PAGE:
New York Mets' Biggest Strengths Heading into 2013 Season

Bradley Smith@@Bradley_Smith88Contributor IIINovember 23, 2012

NEW YORK, NY - SEPTEMBER 19:  Matt Harvey #33 of the New York Mets pitches against the Philadelphia Philles at Citi Field on September 19, 2012 in the Flushing neighborhood of the Queens borough of New York City.  (Photo by Alex Trautwig/Getty Images)
Alex Trautwig/Getty Images

The New York Mets are entering this offseason with a lot of holes on the roster. General manager Sandy Alderson will be working hard this winter to fill the needs this team currently has, which include the outfield and bullpen.

Even though it appears that 2013 will be another difficult season for the Mets, there are a couple of strong points already on the team that will be used as building blocks for next season and beyond. 

Starting Pitching

The New York Mets have an established foundation in starting pitching. This is by far the strongest unit on the team.

The starting rotation has been relied upon heavily the last couple of seasons; look for that to stay the same heading into 2013.  

Leading the way right now is Cy Young award winner R.A. Dickey, who has been the midst of trade talk (h/t New York Post) by the team. The Mets have already picked up the 2013 option on the 38-year-old knuckleballer and are trying to work out a new contract.

Whether a new deal gets worked out or not, if Dickey is still with the Mets entering the 2013 season, he is the unquestioned No. 1 starter.

If Dickey does get dealt though, the Mets have plenty of options behind him that still make this unit the strongest on the team.

Johan Santana pitched very well for the first couple months of the 2012 season after shoulder surgery prevented him from making an appearance in 2011. Santana struggled as summer approached and a back injury shut him down for the season in August.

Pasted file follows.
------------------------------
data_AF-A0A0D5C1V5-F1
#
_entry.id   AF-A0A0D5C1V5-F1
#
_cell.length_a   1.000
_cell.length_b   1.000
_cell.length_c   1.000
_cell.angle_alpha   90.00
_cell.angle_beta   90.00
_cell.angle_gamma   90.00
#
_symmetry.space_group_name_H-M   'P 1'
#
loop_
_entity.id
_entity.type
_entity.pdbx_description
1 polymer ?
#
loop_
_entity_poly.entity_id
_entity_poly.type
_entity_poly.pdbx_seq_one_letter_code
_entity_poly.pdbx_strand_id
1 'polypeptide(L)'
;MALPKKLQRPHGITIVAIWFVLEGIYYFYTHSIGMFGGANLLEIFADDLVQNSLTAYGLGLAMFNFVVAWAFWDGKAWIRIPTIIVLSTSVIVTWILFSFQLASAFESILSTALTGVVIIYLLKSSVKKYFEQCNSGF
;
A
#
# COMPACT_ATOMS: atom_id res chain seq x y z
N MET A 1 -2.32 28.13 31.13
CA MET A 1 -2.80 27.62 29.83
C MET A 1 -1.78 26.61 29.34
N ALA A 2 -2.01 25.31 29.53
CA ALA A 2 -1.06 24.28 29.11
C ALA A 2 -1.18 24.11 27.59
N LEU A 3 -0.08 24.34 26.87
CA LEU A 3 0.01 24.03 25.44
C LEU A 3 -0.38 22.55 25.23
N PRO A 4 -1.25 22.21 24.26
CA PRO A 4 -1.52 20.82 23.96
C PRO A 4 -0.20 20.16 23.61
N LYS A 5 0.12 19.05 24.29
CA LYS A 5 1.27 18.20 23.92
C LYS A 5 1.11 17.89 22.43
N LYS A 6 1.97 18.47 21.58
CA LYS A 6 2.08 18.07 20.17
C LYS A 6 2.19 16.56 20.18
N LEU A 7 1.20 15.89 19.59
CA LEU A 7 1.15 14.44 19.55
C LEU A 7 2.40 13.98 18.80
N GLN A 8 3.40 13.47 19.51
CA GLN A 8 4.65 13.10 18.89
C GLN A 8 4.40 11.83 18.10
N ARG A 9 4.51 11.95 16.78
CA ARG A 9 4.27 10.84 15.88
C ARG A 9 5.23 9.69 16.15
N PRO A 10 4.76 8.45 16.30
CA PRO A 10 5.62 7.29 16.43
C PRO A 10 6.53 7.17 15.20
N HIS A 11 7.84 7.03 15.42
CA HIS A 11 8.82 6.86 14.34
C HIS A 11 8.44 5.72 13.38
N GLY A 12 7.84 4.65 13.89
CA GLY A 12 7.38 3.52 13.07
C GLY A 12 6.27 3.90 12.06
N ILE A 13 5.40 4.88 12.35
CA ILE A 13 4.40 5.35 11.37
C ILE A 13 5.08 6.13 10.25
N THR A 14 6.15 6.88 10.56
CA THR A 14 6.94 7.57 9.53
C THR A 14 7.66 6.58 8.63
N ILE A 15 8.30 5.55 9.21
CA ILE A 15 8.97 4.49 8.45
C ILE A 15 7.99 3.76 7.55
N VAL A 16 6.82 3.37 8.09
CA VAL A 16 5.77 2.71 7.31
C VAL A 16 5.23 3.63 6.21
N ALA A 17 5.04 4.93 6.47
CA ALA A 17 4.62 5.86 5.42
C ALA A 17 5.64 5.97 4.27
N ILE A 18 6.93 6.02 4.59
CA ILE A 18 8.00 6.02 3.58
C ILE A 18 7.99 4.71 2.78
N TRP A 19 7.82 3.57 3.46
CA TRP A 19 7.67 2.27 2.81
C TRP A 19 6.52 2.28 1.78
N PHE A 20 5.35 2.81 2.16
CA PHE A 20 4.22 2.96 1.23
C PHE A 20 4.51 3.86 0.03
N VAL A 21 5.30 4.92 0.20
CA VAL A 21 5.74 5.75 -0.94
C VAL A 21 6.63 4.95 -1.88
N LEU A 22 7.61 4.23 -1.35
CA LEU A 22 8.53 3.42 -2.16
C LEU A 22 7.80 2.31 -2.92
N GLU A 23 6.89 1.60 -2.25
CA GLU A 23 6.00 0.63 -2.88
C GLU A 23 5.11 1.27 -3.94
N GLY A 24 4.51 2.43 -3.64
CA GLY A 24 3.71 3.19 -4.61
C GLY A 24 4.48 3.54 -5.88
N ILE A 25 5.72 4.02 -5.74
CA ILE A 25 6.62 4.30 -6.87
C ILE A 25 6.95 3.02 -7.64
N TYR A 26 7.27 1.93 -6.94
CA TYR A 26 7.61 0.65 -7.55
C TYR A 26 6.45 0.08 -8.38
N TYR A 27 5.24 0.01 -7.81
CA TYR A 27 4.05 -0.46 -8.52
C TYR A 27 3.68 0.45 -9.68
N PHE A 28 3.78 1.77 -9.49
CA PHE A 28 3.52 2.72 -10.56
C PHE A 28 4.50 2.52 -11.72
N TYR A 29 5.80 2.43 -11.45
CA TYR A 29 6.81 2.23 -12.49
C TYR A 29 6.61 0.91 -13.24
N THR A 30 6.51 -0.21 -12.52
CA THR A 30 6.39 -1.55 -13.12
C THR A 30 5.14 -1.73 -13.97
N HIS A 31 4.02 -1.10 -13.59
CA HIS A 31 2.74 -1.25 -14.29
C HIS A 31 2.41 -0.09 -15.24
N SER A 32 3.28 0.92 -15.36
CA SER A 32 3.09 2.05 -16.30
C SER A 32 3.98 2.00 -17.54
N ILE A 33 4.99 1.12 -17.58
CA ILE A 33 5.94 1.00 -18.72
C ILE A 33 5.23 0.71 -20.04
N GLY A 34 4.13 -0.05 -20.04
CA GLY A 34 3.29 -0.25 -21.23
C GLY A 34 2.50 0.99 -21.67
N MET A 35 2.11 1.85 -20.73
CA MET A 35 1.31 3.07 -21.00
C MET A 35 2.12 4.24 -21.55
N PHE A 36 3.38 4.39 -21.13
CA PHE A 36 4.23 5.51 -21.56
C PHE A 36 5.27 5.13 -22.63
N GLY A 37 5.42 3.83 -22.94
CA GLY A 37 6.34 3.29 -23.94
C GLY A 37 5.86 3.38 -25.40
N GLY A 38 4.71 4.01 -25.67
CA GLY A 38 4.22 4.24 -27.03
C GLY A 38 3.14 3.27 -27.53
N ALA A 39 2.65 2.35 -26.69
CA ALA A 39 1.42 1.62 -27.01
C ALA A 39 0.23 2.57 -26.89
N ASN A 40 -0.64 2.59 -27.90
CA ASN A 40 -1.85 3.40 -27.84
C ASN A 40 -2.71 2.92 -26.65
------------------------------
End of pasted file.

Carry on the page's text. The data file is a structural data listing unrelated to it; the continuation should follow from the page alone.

Look for him to come back stronger in 2013.

Behind Santana is Jon Niese, who has become a solid major league pitcher. Niese has had highs and lows in his young career, but in 2012 he churned out a 13-9 record with a 3.40 ERA in 190.1 innings.

Matt Harvey proved that he was ready for the big leagues after his call-up in late July. The young power pitcher showed a lot of promise in 10 starts and he, along with Zack Wheeler, is the future for the Mets rotation.

Factor in a guy like Dillon Gee, who was having a strong season before health concerns shut him down, and it's easy to see why starting pitching is such a strong point on this team.

Corner Infield

The Mets lineup would be a mess right now if the season were to start tomorrow, but they do have two players that most teams would love to have in David Wright at third base and Ike Davis at first base.

In a lineup that lacks a lot of things, the two corner infielders provide power and are the main run producers the team has.

Like Dickey, David Wright had his 2013 option picked up by the Mets and is also being talked about in trade rumors. The Mets are trying to lock up Wright to a long-term deal, and trading him is not a decision the team wants to make.

Wright is the best player on the team and one of the best third basemen in baseball. He brings stability and credibility to a lackluster lineup. He would be vital to any major league team, which makes him even more valuable to the Mets.

Ike Davis struggled mightily at the beginning of 2012 but came on strong to finish with 32 home runs and 90 runs batted in. He is the power source for the Mets.

After he was speculated about in trade rumors (h/t New York Post), Davis is one of the few players certain to be on the 2013 Opening Day roster for the Mets. He will be relied upon heavily to continue to drive in runs in a lineup that struggles to score.

Terry Collins

While some may not agree, Mets manager Terry Collins has been one of the few bright spots and better acquisitions New York has made in the past few seasons. 

Collins has done the job he has been asked to do and that is manage the Mets. It is not his fault he has been given a roster severely lacking talent the past two seasons.

If anything, he has been a calming influence on this team, while still holding players accountable. He has changed his brash ways from his days in Houston and Anaheim and has become an engaging, up-front kind of guy.

Given everything the Mets are dealing with, Collins has been admirable and has handled himself with great poise and displayed great charisma.

Even though he gets a pass now, that will not last long in New York—and if Collins wants to keep his job past 2013, he will have to get the Mets back on the winning track.

Looking at everything the Mets are up against, that will be a tall order to fill.


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